Please visit our Frequently Asked Questions page for further information.
The course, quite simply, is unique. It is the only accredited university degree in the world to explore the human relationship with the sky through history and culture. We cover a wide range of material, from the ancient world to the present, and across cultures, and give students the chance to undertake individual research projects.
All our teaching staff are experts in their fields and either have PhDs or are undertaking doctoral research.
Most of our course material is on the web and we teach using webinars - live video-conferencing sessions, and all seminars are recorded.
The best student work is published in Spica, our postgraduate journal.
Flexible Qualifications and Learning
You can sign up for the whole MA, or just commit to a Postgraduate Certificate (three modules) or Postgraduate Diploma (six modules) and then upgrade to the MA. You can also take one or two modules as an Occasional Student. The whole MA can be studied from between two years full time and four years part-time, and the University expects part-time students to take at least two modules per year.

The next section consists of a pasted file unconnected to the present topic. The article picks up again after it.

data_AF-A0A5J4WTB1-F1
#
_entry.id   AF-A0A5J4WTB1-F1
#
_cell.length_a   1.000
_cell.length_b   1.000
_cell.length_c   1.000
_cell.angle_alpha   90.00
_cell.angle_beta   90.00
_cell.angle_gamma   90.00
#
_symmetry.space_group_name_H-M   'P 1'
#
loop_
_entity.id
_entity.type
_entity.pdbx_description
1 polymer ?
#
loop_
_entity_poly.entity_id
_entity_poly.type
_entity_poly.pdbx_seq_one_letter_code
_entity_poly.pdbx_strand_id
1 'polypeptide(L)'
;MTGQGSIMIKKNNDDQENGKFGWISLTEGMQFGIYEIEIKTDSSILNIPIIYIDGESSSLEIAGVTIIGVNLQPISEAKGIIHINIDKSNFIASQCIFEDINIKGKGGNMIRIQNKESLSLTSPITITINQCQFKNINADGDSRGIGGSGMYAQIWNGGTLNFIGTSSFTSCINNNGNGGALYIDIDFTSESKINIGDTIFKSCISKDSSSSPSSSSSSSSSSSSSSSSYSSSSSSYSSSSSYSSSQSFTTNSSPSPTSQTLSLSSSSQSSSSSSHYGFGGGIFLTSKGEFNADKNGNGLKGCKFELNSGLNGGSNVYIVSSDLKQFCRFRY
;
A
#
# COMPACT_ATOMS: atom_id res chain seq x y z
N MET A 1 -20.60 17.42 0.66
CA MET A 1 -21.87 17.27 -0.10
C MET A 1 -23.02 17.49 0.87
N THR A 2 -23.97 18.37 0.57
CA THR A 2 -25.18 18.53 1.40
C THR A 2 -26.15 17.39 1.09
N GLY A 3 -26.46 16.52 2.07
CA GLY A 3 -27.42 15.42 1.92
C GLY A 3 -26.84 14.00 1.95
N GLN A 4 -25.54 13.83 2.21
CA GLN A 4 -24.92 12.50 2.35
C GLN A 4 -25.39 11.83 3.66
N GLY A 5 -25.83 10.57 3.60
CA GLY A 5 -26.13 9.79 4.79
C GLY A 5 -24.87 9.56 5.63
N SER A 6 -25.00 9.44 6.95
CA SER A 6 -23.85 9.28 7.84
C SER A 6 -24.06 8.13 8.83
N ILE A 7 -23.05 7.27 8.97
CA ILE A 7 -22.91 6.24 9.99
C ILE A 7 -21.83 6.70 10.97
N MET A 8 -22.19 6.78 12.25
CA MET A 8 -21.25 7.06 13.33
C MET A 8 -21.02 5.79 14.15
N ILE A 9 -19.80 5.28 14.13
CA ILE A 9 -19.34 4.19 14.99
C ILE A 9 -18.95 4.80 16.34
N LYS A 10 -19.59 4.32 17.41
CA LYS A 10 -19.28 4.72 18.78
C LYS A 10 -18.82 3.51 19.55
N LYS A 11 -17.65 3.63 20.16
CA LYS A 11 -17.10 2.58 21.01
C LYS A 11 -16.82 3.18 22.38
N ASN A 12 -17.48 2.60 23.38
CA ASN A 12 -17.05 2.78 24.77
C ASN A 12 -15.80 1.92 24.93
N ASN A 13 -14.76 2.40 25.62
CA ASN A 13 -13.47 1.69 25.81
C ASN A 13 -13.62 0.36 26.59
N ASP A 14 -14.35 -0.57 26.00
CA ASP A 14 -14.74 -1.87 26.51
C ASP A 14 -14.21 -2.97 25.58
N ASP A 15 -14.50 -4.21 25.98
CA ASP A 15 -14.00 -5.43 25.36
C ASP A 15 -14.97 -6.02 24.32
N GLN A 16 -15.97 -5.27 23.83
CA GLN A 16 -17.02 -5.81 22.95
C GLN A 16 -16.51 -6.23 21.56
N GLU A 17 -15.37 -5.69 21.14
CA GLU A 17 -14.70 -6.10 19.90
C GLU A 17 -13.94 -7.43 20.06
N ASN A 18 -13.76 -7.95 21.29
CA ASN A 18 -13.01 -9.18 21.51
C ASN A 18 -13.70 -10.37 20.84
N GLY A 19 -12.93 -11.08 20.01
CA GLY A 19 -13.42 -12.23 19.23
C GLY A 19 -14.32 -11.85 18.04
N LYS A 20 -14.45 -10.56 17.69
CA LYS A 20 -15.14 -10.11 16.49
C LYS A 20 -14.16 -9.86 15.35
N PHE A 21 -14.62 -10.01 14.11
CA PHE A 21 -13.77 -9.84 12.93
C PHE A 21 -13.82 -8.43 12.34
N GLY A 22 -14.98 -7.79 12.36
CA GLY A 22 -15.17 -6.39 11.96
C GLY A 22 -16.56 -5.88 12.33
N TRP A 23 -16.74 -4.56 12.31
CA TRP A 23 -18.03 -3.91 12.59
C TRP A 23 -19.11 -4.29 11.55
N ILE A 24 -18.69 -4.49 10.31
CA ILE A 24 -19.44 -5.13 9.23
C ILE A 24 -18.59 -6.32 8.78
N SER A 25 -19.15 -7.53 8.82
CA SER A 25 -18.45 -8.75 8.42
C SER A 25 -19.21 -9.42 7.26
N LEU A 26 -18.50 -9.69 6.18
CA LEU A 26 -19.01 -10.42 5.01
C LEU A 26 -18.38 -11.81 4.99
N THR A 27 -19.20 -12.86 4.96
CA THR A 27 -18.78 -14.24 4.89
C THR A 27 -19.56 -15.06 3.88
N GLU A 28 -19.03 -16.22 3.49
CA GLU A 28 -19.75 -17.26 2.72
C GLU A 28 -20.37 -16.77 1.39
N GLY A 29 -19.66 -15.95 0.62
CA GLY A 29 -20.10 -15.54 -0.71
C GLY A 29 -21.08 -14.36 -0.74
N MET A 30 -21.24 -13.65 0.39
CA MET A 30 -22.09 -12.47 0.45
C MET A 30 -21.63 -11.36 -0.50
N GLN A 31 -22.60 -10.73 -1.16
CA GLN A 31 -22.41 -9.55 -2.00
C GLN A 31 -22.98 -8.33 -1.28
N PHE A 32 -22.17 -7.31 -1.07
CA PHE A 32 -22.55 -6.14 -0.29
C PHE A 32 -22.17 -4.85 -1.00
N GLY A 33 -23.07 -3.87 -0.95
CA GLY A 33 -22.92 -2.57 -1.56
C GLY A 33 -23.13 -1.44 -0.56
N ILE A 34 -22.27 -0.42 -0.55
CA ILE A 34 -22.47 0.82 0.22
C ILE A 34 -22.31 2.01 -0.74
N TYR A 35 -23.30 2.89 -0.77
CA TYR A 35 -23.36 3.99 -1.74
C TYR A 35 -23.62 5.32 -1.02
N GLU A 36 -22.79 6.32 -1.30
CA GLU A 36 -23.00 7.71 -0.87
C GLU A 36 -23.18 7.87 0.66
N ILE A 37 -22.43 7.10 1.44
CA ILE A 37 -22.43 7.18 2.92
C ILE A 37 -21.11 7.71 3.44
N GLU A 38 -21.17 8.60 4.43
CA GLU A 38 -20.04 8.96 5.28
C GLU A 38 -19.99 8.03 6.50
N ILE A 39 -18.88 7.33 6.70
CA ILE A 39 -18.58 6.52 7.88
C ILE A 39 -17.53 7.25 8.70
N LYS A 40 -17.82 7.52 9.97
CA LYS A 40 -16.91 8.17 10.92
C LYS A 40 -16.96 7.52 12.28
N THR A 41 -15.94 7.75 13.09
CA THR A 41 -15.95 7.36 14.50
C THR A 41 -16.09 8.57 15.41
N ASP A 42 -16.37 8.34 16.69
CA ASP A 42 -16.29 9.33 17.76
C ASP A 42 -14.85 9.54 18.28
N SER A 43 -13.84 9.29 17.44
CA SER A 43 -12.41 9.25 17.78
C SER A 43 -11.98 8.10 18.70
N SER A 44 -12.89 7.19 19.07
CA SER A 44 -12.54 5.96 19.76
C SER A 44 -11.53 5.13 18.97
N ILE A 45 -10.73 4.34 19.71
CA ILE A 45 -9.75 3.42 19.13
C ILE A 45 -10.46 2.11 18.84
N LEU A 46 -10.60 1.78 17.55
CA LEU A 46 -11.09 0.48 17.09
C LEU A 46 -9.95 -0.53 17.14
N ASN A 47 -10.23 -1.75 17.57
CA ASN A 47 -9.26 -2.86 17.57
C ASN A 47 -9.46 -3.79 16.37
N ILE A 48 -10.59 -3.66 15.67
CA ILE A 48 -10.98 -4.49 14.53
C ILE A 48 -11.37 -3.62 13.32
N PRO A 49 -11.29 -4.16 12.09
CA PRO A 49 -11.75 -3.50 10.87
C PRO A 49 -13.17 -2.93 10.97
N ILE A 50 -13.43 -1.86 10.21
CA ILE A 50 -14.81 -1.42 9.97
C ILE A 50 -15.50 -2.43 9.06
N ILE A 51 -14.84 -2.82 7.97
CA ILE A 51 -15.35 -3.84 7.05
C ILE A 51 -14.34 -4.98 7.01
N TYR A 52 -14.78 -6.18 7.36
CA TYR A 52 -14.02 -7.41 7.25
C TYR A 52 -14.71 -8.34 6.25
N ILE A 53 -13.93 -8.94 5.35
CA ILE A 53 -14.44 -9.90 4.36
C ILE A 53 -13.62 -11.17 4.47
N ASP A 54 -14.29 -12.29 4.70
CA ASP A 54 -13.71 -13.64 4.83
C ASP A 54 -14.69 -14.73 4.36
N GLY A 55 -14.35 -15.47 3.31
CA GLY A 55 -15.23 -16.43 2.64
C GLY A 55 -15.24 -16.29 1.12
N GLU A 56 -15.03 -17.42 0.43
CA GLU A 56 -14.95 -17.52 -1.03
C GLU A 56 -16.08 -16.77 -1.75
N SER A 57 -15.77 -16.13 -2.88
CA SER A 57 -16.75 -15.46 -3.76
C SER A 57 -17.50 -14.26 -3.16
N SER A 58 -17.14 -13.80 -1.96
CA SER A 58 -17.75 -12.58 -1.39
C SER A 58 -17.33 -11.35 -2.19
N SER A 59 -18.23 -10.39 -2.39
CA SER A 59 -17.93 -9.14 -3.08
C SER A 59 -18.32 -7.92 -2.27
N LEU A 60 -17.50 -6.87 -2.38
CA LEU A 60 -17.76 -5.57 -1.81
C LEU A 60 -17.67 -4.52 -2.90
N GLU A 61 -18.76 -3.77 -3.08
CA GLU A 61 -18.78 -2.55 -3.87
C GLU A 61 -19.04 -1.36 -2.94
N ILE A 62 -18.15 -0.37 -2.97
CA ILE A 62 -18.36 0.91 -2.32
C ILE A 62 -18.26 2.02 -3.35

Pursue Independent Research
We encourage students to explore their own interests within the scope of the MA. Some of our modules offer the chance to pursue a research project, and the 15,000 word dissertation is based on personal research, worked out and conducted under the direction of our expert staff.
An International Community: the Cloud Campus
Our students live in every continent and, by joining us, you join a world-wide community of scholars. Teaching online means that we form an international community connected online. The University has four campuses and a number of affiliated Colleges. We call our campus, the 'Cloud Campus'.
Get Together in the UK